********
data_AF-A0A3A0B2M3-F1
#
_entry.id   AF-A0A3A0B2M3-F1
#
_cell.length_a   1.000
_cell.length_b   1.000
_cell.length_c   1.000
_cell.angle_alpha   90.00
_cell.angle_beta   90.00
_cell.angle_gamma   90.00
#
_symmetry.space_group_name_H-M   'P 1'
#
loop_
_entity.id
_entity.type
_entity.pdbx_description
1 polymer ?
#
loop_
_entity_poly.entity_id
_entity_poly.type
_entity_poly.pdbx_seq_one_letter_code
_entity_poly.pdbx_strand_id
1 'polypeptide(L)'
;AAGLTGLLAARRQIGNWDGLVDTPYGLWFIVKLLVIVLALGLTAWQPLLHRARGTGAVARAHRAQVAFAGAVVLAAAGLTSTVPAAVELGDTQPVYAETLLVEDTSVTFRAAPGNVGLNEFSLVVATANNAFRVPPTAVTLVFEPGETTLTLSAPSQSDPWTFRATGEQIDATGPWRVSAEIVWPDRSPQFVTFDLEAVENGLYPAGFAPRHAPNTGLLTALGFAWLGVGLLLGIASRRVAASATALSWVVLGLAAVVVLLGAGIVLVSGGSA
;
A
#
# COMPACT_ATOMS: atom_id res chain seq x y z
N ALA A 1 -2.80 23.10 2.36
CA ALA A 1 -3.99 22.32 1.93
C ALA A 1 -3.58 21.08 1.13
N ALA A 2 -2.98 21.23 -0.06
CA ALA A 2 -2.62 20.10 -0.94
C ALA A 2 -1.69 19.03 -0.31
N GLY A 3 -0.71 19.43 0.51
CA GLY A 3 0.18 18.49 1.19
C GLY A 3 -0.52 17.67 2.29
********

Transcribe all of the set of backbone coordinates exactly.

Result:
data_AF-A0A3A0B2M3-F1
#
_entry.id   AF-A0A3A0B2M3-F1
#
_cell.length_a   1.000
_cell.length_b   1.000
_cell.length_c   1.000
_cell.angle_alpha   90.00
_cell.angle_beta   90.00
_cell.angle_gamma   90.00
#
_symmetry.space_group_name_H-M   'P 1'
#
loop_
_entity.id
_entity.type
_entity.pdbx_description
1 polymer ?
#
loop_
_entity_poly.entity_id
_entity_poly.type
_entity_poly.pdbx_seq_one_letter_code
_entity_poly.pdbx_strand_id
1 'polypeptide(L)'
;AAGLTGLLAARRQIGNWDGLVDTPYGLWFIVKLLVIVLALGLTAWQPLLHRARGTGAVARAHRAQVAFAGAVVLAAAGLTSTVPAAVELGDTQPVYAETLLVEDTSVTFRAAPGNVGLNEFSLVVATANNAFRVPPTAVTLVFEPGETTLTLSAPSQSDPWTFRATGEQIDATGPWRVSAEIVWPDRSPQFVTFDLEAVENGLYPAGFAPRHAPNTGLLTALGFAWLGVGLLLGIASRRVAASATALSWVVLGLAAVVVLLGAGIVLVSGGSA
;
A
#
# COMPACT_ATOMS: atom_id res chain seq x y z
N ALA A 1 -2.80 23.10 2.36
CA ALA A 1 -3.99 22.32 1.93
C ALA A 1 -3.58 21.08 1.13
N ALA A 2 -2.98 21.23 -0.06
CA ALA A 2 -2.62 20.10 -0.94
C ALA A 2 -1.69 19.03 -0.31
N GLY A 3 -0.71 19.43 0.51
CA GLY A 3 0.18 18.49 1.19
C GLY A 3 -0.52 17.67 2.29